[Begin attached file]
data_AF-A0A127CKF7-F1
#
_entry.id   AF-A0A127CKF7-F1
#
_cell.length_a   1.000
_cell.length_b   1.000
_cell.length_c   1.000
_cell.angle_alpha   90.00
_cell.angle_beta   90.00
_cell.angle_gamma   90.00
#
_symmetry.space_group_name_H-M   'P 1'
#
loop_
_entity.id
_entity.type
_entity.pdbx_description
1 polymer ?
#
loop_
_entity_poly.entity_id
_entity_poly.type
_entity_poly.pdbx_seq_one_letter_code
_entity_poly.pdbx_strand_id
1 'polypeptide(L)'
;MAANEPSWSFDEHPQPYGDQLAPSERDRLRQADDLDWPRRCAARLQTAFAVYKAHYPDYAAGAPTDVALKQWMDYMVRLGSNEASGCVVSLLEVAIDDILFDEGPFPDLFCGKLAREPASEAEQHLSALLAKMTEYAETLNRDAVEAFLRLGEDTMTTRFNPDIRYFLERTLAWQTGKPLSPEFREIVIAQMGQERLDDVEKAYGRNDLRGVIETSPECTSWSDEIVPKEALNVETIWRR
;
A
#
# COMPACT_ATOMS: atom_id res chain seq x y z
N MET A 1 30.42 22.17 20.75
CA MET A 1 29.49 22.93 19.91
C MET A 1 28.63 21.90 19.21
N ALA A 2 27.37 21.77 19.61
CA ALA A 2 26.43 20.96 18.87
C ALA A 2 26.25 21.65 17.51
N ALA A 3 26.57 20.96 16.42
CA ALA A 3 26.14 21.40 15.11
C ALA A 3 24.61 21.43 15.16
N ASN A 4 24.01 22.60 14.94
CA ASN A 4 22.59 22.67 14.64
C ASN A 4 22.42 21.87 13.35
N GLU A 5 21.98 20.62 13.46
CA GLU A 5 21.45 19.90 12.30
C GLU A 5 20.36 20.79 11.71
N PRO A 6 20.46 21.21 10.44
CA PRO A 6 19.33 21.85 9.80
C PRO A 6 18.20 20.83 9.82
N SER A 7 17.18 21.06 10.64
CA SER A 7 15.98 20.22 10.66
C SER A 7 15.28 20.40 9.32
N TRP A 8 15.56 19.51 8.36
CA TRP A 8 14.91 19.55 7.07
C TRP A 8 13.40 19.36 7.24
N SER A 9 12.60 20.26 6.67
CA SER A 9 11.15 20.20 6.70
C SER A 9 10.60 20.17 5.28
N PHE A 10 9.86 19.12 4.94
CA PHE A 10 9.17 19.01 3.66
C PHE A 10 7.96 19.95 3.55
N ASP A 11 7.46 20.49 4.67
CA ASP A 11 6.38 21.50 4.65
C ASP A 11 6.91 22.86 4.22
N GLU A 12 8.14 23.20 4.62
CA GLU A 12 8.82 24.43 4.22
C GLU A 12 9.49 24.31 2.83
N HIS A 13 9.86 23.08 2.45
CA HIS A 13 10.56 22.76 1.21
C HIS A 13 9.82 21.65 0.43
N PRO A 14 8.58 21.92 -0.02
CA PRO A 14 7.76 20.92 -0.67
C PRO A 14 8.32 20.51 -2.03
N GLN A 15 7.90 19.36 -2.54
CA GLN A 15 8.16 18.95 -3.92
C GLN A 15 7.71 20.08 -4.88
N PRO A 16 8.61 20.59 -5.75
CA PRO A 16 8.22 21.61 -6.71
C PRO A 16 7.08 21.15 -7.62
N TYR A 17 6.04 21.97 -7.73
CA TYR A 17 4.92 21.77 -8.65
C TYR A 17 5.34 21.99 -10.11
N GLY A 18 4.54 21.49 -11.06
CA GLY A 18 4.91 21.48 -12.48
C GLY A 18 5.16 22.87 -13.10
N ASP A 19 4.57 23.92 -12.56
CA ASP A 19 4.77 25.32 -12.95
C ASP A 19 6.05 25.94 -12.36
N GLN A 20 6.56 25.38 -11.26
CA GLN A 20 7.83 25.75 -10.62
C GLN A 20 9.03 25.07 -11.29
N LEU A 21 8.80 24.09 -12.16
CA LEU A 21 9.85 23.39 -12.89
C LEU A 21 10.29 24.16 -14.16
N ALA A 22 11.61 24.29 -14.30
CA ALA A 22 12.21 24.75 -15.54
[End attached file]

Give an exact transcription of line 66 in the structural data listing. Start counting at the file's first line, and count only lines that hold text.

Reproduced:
C GLU A 12 9.49 24.31 2.83